The City of Waukesha's Comprehensive Plan predicts substantial residential, commercial and industrial growth and was written before the city rolled out a Lake Michigan diversion plan last month that shows large land increases to the city's water service territory outside its current boundaries.
Tuesday, February 16, 2010
Land devoted to industrial use is expected to grow 110%, according to Waukesha's calculations - - and again, this is in a comprehensive plan written before the Lake Michigan diversion proposal, with its larger service territory, was proposed.
[Note: this post is heavily annotated with links and archival material]
That service territory map is inserted below - - and adds a land mass of 80% (from 21.7 square miles to 39.1 square miles, or a new 17.4 square miles ) to the current service territory, official records indicate.
If the expansion includes annexation, the City of Waukesha will gain even more impetus and land for residential, commercial and industrial expansion.
Fresh analysis already shows Waukesha County's job base expanding faster than Milwaukee County's - - and that Milwaukee County's joblessness is rising faster, too - - while Milwaukee's job segregation from Waukesha and elsewhere in the four-county region has been well-documented.
This all suggests that a major component - - intentional or unintended - - of Waukesha's drive for the Lake Michigan diversion is to fuel growth and further lock-in a racially-tinged and separatist regional reality - - and could mean a new wave of job flight from Milwaukee, the very city Waukesha says it wants as the water supplier.
Here is a relevant section from Waukesha's Comprehensive Plan, and some development numbers: - - note the large increase projected in industrial land use:
* Land in 2000 devoted to residential development: 4,595 acres - - projected to grow 76% by 2035, to 7,979 acres.
* Land in 2000 devoted to industrial development: 921 acres - - projected to grow by 110% by 2035, to 1,943 acres.
* Land in 2000 devoted to commercial development: 770 acres - - projected to grow by 24% by 2035, to 958 acres.
[Editing note: To clarify - - This data is contained in the City of Waukesha's approved Comprehensive Plan, which is an element of its Smart Growth Plan, according to Waukesha's Community Development Department]
Yet there are noises being made in Waukesha political circles that the city should not make any payment agreement (above state-approved per-gallon water rate charges) with Milwaukee directly share the development gains that might accompany diverted water, or that would contribute to regional cost-sharing to address regionally-shared problems.
Remember that New Berlin got a relatively-small water deal completed with Milwaukee in 2008.
It is a 20-year-agreement, and provides Lake Michigan water to a portion of New Berlin that includes its big industrial park in New Berlin.
The record shows that the park when opened had seen an initial infusion of 42 emigrating Milwaukee businesses (see the 2003 Legislative Reference Bureau report in that file) when it opened (more history and analysis here) - - and the reality of the industrial flight from land-locked Milwaukee helped lead New Berlin to agree as part of its water deal to make a payment of $75,000 annually for the life of the agreement.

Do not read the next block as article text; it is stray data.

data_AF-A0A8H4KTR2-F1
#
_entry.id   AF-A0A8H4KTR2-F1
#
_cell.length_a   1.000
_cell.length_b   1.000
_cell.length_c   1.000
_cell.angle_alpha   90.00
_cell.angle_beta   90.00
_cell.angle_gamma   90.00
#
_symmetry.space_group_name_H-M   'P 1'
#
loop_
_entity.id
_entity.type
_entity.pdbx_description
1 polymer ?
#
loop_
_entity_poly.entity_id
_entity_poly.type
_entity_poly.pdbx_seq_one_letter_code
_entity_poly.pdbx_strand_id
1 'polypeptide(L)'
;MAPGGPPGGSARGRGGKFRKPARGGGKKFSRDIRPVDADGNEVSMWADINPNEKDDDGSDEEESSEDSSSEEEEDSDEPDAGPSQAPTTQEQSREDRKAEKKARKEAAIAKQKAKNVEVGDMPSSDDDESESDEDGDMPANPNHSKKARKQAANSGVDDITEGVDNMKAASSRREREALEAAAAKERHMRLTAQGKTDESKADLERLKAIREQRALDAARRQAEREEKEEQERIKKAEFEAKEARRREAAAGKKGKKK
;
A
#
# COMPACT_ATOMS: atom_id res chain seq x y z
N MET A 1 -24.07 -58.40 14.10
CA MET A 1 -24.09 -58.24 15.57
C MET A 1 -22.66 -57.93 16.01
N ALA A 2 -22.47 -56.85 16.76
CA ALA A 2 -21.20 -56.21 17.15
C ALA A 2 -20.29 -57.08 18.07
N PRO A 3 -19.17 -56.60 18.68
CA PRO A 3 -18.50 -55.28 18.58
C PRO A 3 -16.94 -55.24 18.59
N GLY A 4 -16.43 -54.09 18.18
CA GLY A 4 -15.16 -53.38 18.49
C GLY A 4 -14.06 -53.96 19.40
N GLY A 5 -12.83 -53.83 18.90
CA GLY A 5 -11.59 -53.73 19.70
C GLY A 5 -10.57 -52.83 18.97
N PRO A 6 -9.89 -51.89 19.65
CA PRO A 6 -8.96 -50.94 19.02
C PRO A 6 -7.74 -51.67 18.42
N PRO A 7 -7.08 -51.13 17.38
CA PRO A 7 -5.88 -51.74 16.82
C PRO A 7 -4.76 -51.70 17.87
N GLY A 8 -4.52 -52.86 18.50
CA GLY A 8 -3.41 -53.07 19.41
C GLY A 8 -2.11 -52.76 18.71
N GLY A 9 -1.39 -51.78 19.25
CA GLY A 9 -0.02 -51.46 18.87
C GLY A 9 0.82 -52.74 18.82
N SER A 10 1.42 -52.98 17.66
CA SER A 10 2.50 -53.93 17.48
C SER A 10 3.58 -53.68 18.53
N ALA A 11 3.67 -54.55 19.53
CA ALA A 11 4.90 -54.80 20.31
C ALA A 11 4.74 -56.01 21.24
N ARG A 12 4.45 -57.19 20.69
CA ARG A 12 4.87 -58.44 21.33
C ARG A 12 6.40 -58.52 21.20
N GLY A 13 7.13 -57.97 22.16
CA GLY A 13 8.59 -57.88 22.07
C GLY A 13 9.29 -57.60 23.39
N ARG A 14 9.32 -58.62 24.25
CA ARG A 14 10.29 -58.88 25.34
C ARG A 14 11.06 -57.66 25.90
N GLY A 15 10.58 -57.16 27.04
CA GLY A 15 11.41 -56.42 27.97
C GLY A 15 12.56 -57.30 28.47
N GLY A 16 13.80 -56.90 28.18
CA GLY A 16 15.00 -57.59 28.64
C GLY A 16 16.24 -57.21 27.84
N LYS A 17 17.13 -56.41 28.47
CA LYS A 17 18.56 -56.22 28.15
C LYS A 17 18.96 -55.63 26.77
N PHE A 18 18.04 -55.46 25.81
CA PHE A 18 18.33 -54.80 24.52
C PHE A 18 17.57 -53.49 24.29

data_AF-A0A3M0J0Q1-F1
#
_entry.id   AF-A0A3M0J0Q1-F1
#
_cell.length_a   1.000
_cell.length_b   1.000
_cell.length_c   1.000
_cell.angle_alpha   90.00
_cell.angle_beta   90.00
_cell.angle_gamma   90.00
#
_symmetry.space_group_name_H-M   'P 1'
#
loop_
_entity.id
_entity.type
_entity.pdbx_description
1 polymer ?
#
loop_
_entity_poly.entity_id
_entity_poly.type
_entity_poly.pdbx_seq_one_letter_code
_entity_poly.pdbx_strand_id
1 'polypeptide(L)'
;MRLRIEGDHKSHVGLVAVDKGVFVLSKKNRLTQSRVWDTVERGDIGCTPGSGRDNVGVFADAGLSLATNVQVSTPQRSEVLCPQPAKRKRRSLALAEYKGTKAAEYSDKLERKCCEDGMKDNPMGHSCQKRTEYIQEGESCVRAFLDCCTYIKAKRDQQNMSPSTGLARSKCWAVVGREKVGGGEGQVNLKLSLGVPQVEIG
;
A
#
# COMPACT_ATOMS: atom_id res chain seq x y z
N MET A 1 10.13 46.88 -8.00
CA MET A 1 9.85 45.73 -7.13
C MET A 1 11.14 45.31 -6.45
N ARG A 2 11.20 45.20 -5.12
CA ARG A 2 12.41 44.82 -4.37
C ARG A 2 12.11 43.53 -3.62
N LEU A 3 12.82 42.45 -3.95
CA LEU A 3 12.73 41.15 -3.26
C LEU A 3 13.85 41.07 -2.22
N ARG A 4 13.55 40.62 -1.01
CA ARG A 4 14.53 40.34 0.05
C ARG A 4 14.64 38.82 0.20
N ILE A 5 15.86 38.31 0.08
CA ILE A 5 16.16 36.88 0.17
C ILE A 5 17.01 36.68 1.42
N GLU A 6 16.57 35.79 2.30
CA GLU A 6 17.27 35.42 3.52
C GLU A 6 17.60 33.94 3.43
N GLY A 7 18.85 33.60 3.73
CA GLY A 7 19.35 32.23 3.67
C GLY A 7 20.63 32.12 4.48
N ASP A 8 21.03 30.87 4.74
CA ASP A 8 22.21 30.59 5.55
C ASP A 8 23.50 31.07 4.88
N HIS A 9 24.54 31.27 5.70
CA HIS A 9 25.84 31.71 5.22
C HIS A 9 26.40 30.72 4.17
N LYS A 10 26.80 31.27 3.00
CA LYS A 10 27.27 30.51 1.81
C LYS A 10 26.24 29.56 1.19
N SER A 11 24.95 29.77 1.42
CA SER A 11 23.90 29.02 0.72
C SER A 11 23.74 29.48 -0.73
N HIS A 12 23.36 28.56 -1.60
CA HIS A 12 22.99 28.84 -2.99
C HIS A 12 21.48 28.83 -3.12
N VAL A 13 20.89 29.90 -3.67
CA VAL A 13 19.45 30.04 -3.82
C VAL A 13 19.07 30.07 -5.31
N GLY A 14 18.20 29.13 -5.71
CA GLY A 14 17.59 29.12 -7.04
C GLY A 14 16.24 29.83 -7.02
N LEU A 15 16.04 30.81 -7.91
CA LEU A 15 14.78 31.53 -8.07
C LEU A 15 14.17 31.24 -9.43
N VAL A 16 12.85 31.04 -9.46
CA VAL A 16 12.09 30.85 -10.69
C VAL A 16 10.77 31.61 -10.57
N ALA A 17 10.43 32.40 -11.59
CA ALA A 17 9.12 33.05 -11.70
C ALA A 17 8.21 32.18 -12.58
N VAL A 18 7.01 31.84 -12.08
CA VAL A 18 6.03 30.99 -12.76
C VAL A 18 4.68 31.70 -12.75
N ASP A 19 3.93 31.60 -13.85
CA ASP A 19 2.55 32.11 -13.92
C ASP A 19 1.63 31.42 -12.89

It was more or less an acknowledgment that there is a relationship between diverting water and diverting growth, so New Berlin, in effect agreed - - modestly - - to assist Milwaukee - - and thus the region - - with socio-economic costs the big city shoulders disproportionately within the region.
Yet some Waukesha politicos suggest that their city's contribution should be zero - - for what would be a significantly larger diversion.
Doncha' just love regional cooperation?
So if Waukesha is on a continuing path to growth and jobs, does fueling it with Lake Michigan water make sense for Milwaukee?
Especially without any benefits'-sharing?
And would a diversion that intentionally added jobs to one city in the region be in the spirit of the Great Lakes Compact?
Final matter: some of our regional socio-economic issues are getting an airing now because the Southeastern Wisconsin Regional Planning Commission (SEWRPC) has hired consultants at UW-M to examine them. Several focus groups were held last week and public input is still being sought through a website.
That's all to the good.
But SEWRPC waited until after it already spent years writing, then issuing lengthy draft recommendations about regional water supply solutions late last year before hiring its socio-economic consultants.
Of course, a key recommendation is diverting Lake Michigan water to Waukesha. That unsurprising conclusion was a fait accompli and surprised no one.
SEWRPC should have coordinated its regional water supply study and plan drafting with ongoing, high-profile and top priority socio-economic discussion - - with the value of water front and center, not as an after-thought.
The parameters of the regional water study were kept relatively narrow, then at the last-minute, under pressure from activists and its own Environmental Justice Task Force, SEWRPC agreed to add the socio-economic component, and somehow graft it onto or blend it into the rest of the study.
How that will play out will be known sometime after March.
But SEWRPC has given the UWM consultants just 90 days to do their work, while the consultants and SEWRPC staff that that worked on the water supply study got started in 2005.
Regrettably, this tunnel vision is SEWRPC regular practice and relevancy downfall. It reflects the total absence of City of Milwaukee representation on its 21-member board, and is why I have argued that the agency should be fundamentally restructured with Milwaukee going out on its own.